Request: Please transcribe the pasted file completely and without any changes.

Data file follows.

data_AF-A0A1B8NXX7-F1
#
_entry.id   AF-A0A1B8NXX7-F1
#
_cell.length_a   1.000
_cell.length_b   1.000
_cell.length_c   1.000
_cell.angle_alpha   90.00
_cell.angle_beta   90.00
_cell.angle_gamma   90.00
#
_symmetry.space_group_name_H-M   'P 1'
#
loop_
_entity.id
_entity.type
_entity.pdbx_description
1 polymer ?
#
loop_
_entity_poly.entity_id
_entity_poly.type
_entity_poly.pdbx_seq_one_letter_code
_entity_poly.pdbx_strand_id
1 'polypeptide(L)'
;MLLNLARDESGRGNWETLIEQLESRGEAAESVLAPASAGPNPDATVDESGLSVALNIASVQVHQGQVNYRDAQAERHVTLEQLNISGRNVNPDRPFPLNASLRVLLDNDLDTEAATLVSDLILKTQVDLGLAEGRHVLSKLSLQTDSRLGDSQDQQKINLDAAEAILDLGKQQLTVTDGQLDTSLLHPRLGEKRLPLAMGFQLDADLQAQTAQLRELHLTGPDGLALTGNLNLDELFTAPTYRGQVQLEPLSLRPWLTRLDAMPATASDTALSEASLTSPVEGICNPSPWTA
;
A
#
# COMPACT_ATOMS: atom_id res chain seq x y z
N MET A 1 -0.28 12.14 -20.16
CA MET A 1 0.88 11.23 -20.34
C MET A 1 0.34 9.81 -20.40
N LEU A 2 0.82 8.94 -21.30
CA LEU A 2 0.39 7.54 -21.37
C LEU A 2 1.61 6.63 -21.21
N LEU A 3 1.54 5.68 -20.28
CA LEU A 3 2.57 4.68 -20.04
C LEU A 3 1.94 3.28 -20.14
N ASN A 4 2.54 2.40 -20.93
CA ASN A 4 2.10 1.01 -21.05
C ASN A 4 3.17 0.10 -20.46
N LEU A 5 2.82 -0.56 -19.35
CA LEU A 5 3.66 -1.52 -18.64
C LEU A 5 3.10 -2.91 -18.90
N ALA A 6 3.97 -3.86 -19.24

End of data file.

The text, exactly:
data_AF-A0A1B8NXX7-F1
#
_entry.id   AF-A0A1B8NXX7-F1
#
_cell.length_a   1.000
_cell.length_b   1.000
_cell.length_c   1.000
_cell.angle_alpha   90.00
_cell.angle_beta   90.00
_cell.angle_gamma   90.00
#
_symmetry.space_group_name_H-M   'P 1'
#
loop_
_entity.id
_entity.type
_entity.pdbx_description
1 polymer ?
#
loop_
_entity_poly.entity_id
_entity_poly.type
_entity_poly.pdbx_seq_one_letter_code
_entity_poly.pdbx_strand_id
1 'polypeptide(L)'
;MLLNLARDESGRGNWETLIEQLESRGEAAESVLAPASAGPNPDATVDESGLSVALNIASVQVHQGQVNYRDAQAERHVTLEQLNISGRNVNPDRPFPLNASLRVLLDNDLDTEAATLVSDLILKTQVDLGLAEGRHVLSKLSLQTDSRLGDSQDQQKINLDAAEAILDLGKQQLTVTDGQLDTSLLHPRLGEKRLPLAMGFQLDADLQAQTAQLRELHLTGPDGLALTGNLNLDELFTAPTYRGQVQLEPLSLRPWLTRLDAMPATASDTALSEASLTSPVEGICNPSPWTA
;
A
#
# COMPACT_ATOMS: atom_id res chain seq x y z
N MET A 1 -0.28 12.14 -20.16
CA MET A 1 0.88 11.23 -20.34
C MET A 1 0.34 9.81 -20.40
N LEU A 2 0.82 8.94 -21.30
CA LEU A 2 0.39 7.54 -21.37
C LEU A 2 1.61 6.63 -21.21
N LEU A 3 1.54 5.68 -20.28
CA LEU A 3 2.57 4.68 -20.04
C LEU A 3 1.94 3.28 -20.14
N ASN A 4 2.54 2.40 -20.93
CA ASN A 4 2.10 1.01 -21.05
C ASN A 4 3.17 0.10 -20.46
N LEU A 5 2.82 -0.56 -19.35
CA LEU A 5 3.66 -1.52 -18.64
C LEU A 5 3.10 -2.91 -18.90
N ALA A 6 3.97 -3.86 -19.24